Showing posts from June, 2011


I finally got those stories down onto paper--well, into the computer. It took a couple of failed attempts to upload them to Lulu, but the formatting's looking pretty good now, the table of contents makes sense, and the fonts are okay. I've even made a cover that seems the match those from the rest of the series. So now I'm proof-reading pdf files on my kindle. It's strange how much easier it is to spot those mistakes when I can't fix them, but maybe that's the trick; I know I can't fix, so I'm not in writing mode, so I read more carefully? That's my theory anyway--just click the button and highlight the errors (well, all the ones I see). I'll type the changes into Word when I'm done and proof-read the cover. Then I'll re-upload and order my free proof. I wonder how many more errors I'll find when I hold the "real" book in my hand? Anyway, it's nice to finally get Joshua's Journeys out of my head. Those stories h

Myth, Magic and Strange New Worlds

I've been reading again and feeling pleasantly surprised to find my reading list contained four similar books--a fine chance to compare and contrast different authors delving into myth and magic. A fifth book delved into history and faith, beautifully recreating the world of the early Christian church. And a sixth looked at our own world through the eyes of someone who hears numbers in color, which is surely at least a little magical. So, here's my mini-reviews, and, as usual, please click on the links to read the full reviews on gather. The Dream Crystal, by Mark O’Bannon is a fun teen novel weaving fairytale, faith and myth into a pleasant mixture. The protagonist designs clothes and has an eye for detail that brings some amazing scenes to life. And the story has dark undertones of a three-sided war between human, fae and shadow that might end all dreams and hopes. I'd go for a 2-star bright lively coffee with this one. Dreams Unleashed, by Linda Hawley is another t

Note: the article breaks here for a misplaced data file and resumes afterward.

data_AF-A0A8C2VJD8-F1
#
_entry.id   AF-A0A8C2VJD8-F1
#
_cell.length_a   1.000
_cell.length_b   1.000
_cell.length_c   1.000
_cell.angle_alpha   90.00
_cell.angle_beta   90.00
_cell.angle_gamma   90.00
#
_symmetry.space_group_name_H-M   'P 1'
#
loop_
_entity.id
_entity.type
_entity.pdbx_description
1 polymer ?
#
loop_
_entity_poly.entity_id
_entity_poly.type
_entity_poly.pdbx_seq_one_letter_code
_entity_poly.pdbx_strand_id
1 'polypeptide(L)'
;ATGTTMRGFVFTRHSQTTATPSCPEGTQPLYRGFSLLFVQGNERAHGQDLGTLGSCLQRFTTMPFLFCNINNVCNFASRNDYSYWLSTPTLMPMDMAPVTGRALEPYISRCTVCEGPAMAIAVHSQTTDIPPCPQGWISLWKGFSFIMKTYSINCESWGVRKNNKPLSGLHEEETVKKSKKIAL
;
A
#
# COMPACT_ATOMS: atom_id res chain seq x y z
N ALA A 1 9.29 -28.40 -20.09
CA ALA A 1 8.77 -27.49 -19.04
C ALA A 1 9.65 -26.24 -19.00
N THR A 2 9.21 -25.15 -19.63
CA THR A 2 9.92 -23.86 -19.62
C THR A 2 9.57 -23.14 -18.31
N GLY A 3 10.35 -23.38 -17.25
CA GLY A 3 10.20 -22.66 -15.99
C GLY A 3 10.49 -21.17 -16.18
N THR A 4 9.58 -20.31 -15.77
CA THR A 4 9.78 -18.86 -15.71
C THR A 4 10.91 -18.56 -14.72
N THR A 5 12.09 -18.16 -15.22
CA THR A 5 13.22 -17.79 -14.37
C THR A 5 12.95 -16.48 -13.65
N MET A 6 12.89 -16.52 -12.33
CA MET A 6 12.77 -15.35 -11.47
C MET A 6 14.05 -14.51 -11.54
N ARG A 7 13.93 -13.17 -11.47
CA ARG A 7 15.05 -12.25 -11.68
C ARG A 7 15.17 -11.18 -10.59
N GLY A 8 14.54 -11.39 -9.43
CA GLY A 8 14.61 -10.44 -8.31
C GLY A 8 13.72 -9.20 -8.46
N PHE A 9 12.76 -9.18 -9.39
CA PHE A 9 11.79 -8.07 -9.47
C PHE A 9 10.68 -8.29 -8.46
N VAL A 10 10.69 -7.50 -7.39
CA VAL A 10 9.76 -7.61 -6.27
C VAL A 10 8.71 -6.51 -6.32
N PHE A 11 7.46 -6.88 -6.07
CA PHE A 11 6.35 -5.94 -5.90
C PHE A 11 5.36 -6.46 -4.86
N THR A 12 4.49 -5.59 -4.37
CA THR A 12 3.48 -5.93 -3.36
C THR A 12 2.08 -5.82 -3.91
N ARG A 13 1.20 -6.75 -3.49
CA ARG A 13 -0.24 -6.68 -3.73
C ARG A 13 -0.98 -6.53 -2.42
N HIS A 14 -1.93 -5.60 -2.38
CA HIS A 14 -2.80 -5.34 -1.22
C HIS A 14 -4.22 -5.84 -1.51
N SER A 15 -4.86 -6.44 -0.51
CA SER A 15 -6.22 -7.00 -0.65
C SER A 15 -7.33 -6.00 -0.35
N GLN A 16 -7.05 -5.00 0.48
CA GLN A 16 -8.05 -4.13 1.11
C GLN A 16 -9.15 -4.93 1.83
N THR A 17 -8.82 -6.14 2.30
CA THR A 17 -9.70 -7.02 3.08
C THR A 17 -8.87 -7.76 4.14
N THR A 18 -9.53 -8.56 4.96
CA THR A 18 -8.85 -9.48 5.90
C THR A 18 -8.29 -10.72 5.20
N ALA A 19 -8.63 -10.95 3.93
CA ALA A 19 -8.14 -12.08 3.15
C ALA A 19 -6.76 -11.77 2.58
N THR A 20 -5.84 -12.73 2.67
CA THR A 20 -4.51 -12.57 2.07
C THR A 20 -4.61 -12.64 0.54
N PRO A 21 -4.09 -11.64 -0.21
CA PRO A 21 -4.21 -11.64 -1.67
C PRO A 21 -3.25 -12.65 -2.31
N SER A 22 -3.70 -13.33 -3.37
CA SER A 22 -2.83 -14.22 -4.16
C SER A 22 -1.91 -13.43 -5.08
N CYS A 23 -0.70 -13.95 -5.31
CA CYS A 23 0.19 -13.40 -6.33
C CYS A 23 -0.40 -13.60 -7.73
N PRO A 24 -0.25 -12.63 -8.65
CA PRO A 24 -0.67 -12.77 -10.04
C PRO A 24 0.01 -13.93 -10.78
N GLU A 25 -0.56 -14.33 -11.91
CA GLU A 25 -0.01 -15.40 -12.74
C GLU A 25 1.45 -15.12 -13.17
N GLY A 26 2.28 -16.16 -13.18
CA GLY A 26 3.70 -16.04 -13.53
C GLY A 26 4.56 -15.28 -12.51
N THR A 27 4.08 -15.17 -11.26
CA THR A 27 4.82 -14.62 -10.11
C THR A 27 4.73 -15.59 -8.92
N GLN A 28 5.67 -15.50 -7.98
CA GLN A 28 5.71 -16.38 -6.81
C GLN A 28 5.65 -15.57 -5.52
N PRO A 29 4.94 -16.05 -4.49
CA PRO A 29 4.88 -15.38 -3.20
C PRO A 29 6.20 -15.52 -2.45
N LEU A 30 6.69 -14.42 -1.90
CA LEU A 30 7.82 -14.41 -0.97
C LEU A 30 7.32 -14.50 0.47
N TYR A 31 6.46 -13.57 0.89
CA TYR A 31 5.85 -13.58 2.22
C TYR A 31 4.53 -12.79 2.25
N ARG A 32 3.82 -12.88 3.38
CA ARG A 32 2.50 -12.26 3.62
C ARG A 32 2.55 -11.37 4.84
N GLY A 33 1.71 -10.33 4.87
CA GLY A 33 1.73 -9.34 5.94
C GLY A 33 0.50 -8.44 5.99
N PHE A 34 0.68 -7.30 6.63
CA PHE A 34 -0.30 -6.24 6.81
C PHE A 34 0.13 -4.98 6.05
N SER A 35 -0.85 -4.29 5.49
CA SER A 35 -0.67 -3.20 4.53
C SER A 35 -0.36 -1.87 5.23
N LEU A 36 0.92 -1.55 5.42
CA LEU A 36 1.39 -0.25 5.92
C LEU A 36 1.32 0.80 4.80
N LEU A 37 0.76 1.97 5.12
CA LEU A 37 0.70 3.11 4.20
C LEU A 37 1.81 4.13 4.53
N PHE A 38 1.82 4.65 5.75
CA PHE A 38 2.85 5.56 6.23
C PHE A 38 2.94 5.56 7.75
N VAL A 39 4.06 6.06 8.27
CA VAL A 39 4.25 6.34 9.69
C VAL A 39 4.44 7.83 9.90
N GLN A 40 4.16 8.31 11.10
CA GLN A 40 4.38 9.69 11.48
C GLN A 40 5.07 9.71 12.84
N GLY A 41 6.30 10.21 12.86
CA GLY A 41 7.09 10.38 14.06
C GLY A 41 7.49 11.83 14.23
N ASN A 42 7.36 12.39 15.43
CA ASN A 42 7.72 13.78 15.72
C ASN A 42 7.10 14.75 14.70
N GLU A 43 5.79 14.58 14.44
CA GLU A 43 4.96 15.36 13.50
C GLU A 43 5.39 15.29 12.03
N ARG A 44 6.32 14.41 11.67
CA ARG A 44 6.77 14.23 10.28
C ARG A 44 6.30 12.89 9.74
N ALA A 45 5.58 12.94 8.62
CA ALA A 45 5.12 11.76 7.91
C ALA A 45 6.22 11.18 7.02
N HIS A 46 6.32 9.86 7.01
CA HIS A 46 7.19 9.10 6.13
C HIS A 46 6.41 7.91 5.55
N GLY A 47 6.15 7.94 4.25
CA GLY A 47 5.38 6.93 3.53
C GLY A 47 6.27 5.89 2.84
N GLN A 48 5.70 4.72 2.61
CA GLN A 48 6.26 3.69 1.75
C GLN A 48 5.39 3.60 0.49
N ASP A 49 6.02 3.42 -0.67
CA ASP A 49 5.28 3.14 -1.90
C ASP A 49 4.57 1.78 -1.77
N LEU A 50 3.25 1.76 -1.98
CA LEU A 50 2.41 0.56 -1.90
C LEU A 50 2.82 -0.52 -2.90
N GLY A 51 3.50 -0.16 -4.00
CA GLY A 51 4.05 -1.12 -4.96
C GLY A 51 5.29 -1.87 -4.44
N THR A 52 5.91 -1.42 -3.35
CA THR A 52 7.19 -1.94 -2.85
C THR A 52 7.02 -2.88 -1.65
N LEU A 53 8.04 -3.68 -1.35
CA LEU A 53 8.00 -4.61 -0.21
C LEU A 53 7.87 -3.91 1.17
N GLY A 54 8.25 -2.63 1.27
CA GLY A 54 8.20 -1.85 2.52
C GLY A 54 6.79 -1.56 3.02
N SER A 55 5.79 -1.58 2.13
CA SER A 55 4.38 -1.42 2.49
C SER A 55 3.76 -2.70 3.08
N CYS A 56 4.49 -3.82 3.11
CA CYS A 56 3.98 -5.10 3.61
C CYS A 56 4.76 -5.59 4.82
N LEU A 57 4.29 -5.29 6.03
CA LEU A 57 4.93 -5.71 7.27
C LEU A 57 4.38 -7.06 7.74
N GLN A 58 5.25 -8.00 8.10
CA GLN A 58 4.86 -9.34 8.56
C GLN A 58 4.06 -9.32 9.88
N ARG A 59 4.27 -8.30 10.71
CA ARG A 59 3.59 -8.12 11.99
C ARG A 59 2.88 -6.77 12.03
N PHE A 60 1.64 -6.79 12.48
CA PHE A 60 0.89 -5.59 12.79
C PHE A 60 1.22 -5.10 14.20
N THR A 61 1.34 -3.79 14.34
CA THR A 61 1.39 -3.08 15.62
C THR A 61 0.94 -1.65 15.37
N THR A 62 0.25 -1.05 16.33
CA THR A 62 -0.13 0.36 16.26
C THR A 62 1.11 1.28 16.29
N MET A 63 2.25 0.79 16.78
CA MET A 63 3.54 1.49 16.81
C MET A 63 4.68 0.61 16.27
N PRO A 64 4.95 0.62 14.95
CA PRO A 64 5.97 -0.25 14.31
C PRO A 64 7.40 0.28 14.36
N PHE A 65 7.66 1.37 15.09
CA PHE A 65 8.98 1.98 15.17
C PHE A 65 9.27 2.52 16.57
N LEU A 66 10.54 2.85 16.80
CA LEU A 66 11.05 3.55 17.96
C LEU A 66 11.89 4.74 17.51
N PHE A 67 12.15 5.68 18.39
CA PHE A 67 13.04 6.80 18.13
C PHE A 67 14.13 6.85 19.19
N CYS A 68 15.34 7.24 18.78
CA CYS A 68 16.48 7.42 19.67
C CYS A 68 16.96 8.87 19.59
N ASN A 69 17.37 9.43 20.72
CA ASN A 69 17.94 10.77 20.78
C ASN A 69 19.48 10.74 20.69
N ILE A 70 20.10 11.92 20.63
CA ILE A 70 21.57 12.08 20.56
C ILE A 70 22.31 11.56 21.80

Seventeen stories done!

Deadlines are such fun. Lulu's doing a brilliant deal--if you want to self-publish, why not go over there and look; or even if you just want that nice thump-factor of a book in your hand to see what it would look like (books in hand are great for proof-reading too). So now I'm frantically working to a deadline, trying to get my Joshua's Journeys stories finished before the deal runs out. I think there'll be about forty when I'm done, and I've just finished number seventeen. Of course, I've been researching them and putting off writing for ages--about a year--so it's about time. Like I said, deadlines are wonderful!

Another Week in Books

I'm not sure when I found time to read, in between the weeding and fighting the invasion of grass into flower-beds, but maybe I cheated--a few of these books were really short. Anyway, today, despite the weather forecast's promised sun, it's too wet and miserable to chase more weeds and I'm posting book reviews instead. Non-Fiction. The Grand Design, by Stephen Hawking and Leonard Mlodinow : I got this as a Christmas present--how did it take so long to get around to reading it. But once I started I couldn't stop. Great illustrations (in pictures). Great illustrations in words. A fascinating ride through the wonders of modern science. And a book to be read with a 5-star intense cup of coffee. Crime. One Hot January, by J. Conrad Guest : The mix of Bogie, WWII and science fiction is irresistable; definitely an intriguing read, to be enjoyed with a 3-star balanced, full-flavored coffee. After Lyletown, by K.C. Frederick : Relationships filled with good intentio

Character creep